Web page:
Invitation to Participate in a Research Study

Today I begin data collection for my doctoral thesis research at Lancaster University, and I invite you to consider participating in my study. I have all this information, along with the ethical consent form, in a permanent link on my Doctoral (Thesis) Research page on my website.

There are 3 criteria for participation:

1.  Are you doctoral student or have you completed a doctoral degree (in any discipline, with any type of doctoral degree, anywhere in the world)?

2.  Have you encountered any thresholds or had any troublesome experiences while engaged in your degree that left you with a new sense of your discipline or identity of yourself as a researcher / evidence-supported expert practitioner? Perhaps you experienced an aha! along the way? How about a transformed understanding or perspective?

3.  Did you engage in any aspect of your studies from a distance, online, or using any form of technology while engaging in your doctoral degree?

If you answered yes to these 3 eligibility criteria, I invite you to consider speaking with me about it in a single 60-90 minute interview (phone or Skype, as you wish). For more information, my email and contact information are here.

I appreciate any assistance with identifying participants for my study; please share this link or information with anybody who you think may be interested. Thank you.

Threshold Concepts Conference 2012: Call for Abstracts

I know that yesterday I mentioned I do not ordinarily mention calls for abstracts, but I think this conference is somewhat different in that it is so very specific and is not widely known about beyond the specific group that often attends (do I sense a trend here?!). As a matter of fact, I have never even attended this, though I hope to do so next year.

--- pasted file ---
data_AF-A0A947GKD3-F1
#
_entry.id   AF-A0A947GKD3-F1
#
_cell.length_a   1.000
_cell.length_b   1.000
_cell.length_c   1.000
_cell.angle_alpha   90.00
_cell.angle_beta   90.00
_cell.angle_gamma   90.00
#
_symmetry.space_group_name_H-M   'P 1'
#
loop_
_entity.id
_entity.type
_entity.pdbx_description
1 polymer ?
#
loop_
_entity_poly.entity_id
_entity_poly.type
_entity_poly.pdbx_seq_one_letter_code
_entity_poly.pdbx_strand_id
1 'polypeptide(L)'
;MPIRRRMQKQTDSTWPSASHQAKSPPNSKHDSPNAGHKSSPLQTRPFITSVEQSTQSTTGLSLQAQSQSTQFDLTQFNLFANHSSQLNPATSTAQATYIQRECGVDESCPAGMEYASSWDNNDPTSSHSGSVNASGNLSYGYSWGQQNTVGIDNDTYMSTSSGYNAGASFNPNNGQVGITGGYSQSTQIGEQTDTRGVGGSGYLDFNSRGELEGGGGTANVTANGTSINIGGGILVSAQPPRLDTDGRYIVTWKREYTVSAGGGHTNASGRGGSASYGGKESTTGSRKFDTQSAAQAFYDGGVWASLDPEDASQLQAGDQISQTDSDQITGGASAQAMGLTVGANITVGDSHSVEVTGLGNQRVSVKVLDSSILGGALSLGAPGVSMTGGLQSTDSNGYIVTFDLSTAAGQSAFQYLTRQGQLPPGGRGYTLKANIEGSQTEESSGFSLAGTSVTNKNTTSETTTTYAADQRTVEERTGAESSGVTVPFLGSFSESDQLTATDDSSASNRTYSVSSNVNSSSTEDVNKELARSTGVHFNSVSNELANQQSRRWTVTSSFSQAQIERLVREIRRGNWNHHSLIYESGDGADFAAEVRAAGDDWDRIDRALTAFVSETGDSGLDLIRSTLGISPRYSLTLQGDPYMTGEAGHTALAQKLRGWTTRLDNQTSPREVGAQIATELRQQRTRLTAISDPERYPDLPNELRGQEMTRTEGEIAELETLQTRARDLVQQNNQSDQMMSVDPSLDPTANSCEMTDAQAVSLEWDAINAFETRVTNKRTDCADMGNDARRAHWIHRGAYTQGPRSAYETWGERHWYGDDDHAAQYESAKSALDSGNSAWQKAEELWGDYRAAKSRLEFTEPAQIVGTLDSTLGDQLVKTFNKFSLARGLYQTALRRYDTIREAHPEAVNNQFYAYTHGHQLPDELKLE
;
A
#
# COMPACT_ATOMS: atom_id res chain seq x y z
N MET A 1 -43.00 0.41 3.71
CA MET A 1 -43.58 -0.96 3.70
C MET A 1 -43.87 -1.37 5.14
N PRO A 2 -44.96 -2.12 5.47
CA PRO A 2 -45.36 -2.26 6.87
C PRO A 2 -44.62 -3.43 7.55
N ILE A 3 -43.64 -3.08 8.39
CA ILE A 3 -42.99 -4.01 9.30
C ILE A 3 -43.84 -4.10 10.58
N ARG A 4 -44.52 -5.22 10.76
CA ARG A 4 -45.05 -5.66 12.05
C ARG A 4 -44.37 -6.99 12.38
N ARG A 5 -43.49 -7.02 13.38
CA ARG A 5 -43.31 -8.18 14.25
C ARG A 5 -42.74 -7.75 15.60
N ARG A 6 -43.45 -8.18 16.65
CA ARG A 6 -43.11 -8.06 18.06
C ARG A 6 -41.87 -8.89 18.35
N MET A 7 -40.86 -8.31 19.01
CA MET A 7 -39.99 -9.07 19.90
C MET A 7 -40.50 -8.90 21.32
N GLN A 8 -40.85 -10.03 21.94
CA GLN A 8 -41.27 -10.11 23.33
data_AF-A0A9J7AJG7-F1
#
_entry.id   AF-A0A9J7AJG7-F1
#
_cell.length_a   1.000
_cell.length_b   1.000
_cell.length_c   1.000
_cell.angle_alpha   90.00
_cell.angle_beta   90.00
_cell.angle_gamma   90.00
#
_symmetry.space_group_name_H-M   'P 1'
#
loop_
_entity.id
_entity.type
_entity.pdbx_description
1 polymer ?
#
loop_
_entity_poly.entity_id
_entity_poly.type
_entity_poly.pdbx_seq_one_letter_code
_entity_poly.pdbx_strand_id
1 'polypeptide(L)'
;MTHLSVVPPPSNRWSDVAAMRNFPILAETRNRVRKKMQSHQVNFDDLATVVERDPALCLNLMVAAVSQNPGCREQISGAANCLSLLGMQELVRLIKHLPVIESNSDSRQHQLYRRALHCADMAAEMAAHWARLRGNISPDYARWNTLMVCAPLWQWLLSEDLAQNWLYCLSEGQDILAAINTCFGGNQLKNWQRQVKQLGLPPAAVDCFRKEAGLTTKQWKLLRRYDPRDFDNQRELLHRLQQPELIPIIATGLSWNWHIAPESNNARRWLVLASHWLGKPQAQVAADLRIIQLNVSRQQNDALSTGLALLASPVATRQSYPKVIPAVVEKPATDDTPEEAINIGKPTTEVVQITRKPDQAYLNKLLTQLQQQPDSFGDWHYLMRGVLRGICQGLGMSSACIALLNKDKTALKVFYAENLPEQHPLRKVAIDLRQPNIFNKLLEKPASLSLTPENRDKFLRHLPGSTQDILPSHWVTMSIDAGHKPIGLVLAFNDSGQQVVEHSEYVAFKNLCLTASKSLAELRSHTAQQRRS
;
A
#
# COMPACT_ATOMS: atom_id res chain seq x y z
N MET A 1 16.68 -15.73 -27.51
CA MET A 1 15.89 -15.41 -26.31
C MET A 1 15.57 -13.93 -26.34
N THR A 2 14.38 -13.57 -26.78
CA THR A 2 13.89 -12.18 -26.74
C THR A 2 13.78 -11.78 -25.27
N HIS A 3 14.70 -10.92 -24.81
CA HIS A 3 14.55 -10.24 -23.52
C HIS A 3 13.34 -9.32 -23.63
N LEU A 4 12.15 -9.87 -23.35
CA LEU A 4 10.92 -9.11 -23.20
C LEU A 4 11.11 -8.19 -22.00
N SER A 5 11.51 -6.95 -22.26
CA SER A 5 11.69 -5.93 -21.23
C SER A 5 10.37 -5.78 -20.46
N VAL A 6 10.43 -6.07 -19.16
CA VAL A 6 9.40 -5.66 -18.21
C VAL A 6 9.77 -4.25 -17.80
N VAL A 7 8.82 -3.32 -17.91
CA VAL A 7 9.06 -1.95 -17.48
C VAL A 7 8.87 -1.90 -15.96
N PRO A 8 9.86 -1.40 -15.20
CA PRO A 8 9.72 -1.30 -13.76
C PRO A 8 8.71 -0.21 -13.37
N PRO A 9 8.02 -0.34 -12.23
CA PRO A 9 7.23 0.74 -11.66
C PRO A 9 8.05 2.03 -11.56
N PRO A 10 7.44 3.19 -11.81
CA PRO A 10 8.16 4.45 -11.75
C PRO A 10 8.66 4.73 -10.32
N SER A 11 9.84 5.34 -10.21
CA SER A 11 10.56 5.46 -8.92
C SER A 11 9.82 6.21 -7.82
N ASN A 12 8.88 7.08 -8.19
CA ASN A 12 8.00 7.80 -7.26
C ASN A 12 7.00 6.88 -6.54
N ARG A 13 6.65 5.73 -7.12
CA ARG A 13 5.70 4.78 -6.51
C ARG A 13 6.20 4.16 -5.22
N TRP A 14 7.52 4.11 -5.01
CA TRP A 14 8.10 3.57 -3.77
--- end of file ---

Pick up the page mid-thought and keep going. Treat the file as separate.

The 4th Biennial Threshold Concepts Symposium will be held 27-29 June 2012 at Trinity College, Dublin. The Call for Abstracts may be found here. The most comprehensive online repository of links to nearly everything related to Threshold Concepts is maintained by Mick Flanagan here, and it is a great place to begin for those who want to learn more about them.

Threshold concepts are a-ha moments that are central for learners to grasp or understand when working through some discipline or academic process in order for them to be able to progress or grow in that area. These thresholds are often transformative, troublesome, irreversible, integrative, bounded, discursive, reconstitutive, and linked to a liminal experience.

Threshold concepts are one of the frames I am using in my doctoral thesis, and while it stems from the 2003 work of Jan Meyer and Ray Land that focused around undergraduate education, Threshold Concepts and Troublesome Knowledge: Linkages to Ways of Thinking and Practising within the Disciplines, I am following these insights and application in the area of doctoral research and identity development itself.  

I really hope to attend this conference, as everything I have heard about it makes it seem central to my studies.